Navy and Maritime Commerce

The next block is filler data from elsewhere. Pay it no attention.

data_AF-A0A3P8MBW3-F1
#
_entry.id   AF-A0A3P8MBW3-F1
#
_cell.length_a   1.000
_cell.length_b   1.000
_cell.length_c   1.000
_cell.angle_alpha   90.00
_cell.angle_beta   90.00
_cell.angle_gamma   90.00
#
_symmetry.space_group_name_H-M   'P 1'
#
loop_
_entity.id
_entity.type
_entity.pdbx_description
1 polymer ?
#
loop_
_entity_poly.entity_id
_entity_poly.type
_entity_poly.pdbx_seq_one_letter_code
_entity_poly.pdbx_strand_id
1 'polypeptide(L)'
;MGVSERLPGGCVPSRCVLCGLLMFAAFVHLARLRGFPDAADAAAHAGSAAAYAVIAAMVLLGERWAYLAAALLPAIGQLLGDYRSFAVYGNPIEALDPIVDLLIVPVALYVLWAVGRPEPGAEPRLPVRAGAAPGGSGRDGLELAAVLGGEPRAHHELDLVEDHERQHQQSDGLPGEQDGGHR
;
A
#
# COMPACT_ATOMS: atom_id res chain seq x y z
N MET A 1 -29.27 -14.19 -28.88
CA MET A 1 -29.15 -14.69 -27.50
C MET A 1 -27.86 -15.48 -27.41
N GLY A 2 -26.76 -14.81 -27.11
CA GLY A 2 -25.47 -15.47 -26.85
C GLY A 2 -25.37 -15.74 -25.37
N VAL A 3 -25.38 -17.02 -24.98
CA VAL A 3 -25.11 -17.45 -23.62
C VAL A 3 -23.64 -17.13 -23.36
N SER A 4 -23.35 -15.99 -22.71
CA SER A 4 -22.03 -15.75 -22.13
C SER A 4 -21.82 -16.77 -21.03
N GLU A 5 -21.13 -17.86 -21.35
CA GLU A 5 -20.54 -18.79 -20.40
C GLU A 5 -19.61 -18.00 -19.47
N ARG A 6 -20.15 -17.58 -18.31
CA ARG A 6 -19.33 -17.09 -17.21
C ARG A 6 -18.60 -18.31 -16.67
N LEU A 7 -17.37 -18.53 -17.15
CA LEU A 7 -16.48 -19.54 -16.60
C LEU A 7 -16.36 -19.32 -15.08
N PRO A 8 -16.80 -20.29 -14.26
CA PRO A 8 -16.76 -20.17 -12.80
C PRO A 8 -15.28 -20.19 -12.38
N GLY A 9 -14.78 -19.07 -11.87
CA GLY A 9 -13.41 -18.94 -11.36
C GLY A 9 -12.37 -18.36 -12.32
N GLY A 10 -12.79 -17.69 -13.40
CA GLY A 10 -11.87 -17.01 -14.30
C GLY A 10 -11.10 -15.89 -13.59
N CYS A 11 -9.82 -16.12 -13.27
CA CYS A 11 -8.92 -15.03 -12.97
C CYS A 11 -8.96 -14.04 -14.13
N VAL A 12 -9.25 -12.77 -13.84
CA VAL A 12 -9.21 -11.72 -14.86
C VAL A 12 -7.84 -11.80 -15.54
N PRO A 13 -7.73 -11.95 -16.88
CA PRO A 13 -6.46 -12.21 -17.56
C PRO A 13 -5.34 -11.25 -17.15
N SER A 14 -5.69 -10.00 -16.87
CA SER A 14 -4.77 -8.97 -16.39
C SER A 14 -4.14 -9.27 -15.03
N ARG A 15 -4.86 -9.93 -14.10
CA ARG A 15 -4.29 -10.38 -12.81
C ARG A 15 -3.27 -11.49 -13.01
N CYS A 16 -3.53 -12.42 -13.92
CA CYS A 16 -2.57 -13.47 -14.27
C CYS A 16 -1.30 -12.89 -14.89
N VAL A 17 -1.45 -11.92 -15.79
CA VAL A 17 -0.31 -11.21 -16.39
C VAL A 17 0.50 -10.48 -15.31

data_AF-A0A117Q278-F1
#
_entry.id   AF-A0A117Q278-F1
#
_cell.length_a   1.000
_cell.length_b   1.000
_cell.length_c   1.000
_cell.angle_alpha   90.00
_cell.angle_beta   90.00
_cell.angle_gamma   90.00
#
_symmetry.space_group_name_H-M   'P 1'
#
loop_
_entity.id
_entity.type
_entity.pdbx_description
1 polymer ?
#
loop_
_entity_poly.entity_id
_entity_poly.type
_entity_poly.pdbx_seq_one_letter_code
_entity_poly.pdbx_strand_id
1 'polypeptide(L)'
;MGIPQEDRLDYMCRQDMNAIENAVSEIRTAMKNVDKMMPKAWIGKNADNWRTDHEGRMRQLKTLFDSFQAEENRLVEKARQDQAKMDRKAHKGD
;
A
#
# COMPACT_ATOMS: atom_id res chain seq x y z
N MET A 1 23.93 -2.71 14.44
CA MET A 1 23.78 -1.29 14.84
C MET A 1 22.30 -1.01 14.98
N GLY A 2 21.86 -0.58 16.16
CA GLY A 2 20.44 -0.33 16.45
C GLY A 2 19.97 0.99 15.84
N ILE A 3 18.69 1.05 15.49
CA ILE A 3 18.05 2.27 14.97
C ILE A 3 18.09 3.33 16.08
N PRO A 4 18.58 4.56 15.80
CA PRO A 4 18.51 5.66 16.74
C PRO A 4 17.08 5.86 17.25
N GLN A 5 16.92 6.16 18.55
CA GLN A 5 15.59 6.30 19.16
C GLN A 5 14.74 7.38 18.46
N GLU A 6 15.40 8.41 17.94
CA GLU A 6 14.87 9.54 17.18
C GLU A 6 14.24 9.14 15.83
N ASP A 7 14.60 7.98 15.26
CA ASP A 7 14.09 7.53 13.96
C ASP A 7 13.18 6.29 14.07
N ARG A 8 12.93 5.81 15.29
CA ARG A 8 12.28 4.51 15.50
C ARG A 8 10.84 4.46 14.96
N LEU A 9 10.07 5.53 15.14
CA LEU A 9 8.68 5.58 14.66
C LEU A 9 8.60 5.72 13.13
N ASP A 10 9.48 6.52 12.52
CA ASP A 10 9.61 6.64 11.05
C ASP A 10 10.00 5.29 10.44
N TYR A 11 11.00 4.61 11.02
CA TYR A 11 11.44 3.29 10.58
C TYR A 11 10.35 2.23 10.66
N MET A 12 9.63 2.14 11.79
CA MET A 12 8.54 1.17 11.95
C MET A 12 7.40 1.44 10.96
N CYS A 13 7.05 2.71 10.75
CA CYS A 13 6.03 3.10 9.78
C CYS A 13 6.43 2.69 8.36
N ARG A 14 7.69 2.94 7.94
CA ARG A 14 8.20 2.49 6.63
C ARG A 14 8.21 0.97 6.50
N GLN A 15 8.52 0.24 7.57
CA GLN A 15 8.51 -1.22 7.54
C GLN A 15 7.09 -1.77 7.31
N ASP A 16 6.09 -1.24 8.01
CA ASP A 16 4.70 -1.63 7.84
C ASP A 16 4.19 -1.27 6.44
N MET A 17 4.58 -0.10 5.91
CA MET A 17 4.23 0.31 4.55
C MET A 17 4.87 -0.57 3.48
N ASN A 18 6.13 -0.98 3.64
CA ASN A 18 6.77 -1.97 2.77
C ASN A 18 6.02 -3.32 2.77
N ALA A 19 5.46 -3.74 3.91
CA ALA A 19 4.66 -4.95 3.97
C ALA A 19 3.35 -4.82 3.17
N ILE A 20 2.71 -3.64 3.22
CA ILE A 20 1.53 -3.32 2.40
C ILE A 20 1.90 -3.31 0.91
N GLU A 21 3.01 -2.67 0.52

If the Kingdom of Mysore was successful and unconventional in its military tactics, at sea it would prove to dramatically raise the capabilities of Indian states to wage war, if ultimately unsuccessfully. Indian states tended to have limited naval capacity, and while European states could be checked at times, with Maratha privateers making themselves a terrible nuisance for a period in the 18th century, European states generally dominated the seas, with only other European states able to compete.This accrued European states tremendous advantages. Not only was their very presence in India (and hence the economic profits that made such expeditions worthwhile) due to their maritime fleets, but in India itself possession of a strong navy was instrumental for supporting campaign on land. In the First and Second Anglo-Mysorean Wars, the British transported troops to battle, provided supplies and communication, and established blockades of enemy territory. French naval forces could challenge this, but the Mysoreans themselves drew up plans for creating an independent navy for their own usage, which provided them with a fleet of 30 warships and a number of transports, per British Seapower and the Mysore Wars of the Eighteenth Century, This was put to use in blockading Thalassery in the Carnatic, as well as interfering with British communications. It was less succesful however, in preserving itself, as harbors proved to be ill positioned to defend against attacks on the naval bases themselves. with much of the fleet being destroyed at Mangalore. Following the war a more determined naval building program took place, along with an expansion of naval ports to better guard the ships when they were in port.